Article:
Lethal and sublethal effects of chronic exposure to insecticide residues on reared Alphitobius diaperinus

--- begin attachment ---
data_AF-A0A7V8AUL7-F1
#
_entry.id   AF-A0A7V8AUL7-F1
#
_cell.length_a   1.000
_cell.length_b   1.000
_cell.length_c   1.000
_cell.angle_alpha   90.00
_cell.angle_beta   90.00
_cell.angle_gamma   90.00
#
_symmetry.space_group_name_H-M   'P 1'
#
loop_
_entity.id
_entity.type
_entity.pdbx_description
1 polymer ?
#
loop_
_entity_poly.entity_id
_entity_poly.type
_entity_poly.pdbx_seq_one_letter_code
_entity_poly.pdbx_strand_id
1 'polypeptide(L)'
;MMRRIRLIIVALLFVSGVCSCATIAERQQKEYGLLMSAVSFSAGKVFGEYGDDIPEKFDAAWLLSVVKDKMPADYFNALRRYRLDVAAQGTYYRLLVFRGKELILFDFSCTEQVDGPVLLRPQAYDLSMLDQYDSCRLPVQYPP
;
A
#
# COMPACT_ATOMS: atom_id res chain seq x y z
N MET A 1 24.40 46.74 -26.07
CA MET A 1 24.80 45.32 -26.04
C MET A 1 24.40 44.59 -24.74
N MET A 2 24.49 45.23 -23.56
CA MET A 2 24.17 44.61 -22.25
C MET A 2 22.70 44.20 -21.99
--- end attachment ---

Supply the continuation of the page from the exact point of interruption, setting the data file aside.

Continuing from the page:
Edible insects such as lesser mealworm (Alphitobius diaperinus) are a promising new protein source for food and feed. The feed substrate on which these insects are reared may be contaminated with residues of insecticides originating from agricultural products that may impact insect performance. In this study, two generations of A. diaperinus were chronically exposed to spinosad (2.0 and 0.2 mg/kg) and imidacloprid (0.1 and 0.01 mg/kg) in the substrate. The aim was to determine sublethal effects on performance measures (total biomass (yield), mean individual weight, number of alive individuals) of larvae, pupae, and adult beetles, as well as pupation and eclosion. Exposure to spinosad at 2.0 mg/kg resulted in significant adverse effects on most performance measures of larvae, of both generations. Imidacloprid caused a reduction in yield and mean individual weight of the larvae as compared to the control at 0.1 mg/kg, while an increase in those measures was observed at 0.01 mg/kg. Significant adverse effects on adult beetles were only observed for imidacloprid at 0.1 mg/kg, and no significant effects of this insecticide on pupation and eclosion were observed. The concentrations of tested substances in larval samples were negligible for both generations, however, transfer from substrate to larval biomass was higher in the offspring generation relative to the parent generation. More research is needed to fully assess the hazard of insecticide residues to cause sublethal effects on A. diaperinus, for which method development for more cost-efficient designs is required.